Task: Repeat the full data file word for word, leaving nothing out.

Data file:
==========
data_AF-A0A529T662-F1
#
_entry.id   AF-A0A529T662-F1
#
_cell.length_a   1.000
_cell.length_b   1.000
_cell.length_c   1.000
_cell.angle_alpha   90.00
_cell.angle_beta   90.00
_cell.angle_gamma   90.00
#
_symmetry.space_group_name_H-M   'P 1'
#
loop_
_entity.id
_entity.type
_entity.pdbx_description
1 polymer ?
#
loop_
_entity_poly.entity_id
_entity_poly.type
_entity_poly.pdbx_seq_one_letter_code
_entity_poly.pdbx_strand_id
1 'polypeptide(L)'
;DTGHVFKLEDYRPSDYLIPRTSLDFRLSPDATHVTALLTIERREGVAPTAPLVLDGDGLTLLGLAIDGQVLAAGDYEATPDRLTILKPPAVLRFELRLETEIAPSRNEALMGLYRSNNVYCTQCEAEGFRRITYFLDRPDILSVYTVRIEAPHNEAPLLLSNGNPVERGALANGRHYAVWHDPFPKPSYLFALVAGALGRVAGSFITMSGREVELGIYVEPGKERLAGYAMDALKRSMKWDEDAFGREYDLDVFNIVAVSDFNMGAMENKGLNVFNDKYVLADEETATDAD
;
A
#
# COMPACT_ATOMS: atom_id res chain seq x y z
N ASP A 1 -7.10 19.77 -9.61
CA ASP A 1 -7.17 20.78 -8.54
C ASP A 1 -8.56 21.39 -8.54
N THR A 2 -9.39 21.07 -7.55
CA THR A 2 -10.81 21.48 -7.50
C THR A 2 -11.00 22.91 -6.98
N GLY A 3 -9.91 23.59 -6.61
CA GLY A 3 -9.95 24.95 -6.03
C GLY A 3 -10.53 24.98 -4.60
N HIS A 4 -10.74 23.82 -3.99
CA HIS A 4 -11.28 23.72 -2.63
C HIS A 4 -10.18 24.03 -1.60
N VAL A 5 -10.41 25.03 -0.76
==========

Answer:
data_AF-A0A529T662-F1
#
_entry.id   AF-A0A529T662-F1
#
_cell.length_a   1.000
_cell.length_b   1.000
_cell.length_c   1.000
_cell.angle_alpha   90.00
_cell.angle_beta   90.00
_cell.angle_gamma   90.00
#
_symmetry.space_group_name_H-M   'P 1'
#
loop_
_entity.id
_entity.type
_entity.pdbx_description
1 polymer ?
#
loop_
_entity_poly.entity_id
_entity_poly.type
_entity_poly.pdbx_seq_one_letter_code
_entity_poly.pdbx_strand_id
1 'polypeptide(L)'
;DTGHVFKLEDYRPSDYLIPRTSLDFRLSPDATHVTALLTIERREGVAPTAPLVLDGDGLTLLGLAIDGQVLAAGDYEATPDRLTILKPPAVLRFELRLETEIAPSRNEALMGLYRSNNVYCTQCEAEGFRRITYFLDRPDILSVYTVRIEAPHNEAPLLLSNGNPVERGALANGRHYAVWHDPFPKPSYLFALVAGALGRVAGSFITMSGREVELGIYVEPGKERLAGYAMDALKRSMKWDEDAFGREYDLDVFNIVAVSDFNMGAMENKGLNVFNDKYVLADEETATDAD
;
A
#
# COMPACT_ATOMS: atom_id res chain seq x y z
N ASP A 1 -7.10 19.77 -9.61
CA ASP A 1 -7.17 20.78 -8.54
C ASP A 1 -8.56 21.39 -8.54
N THR A 2 -9.39 21.07 -7.55
CA THR A 2 -10.81 21.48 -7.50
C THR A 2 -11.00 22.91 -6.98
N GLY A 3 -9.91 23.59 -6.61
CA GLY A 3 -9.95 24.95 -6.03
C GLY A 3 -10.53 24.98 -4.60
N HIS A 4 -10.74 23.82 -3.99
CA HIS A 4 -11.28 23.72 -2.63
C HIS A 4 -10.18 24.03 -1.60
N VAL A 5 -10.41 25.03 -0.76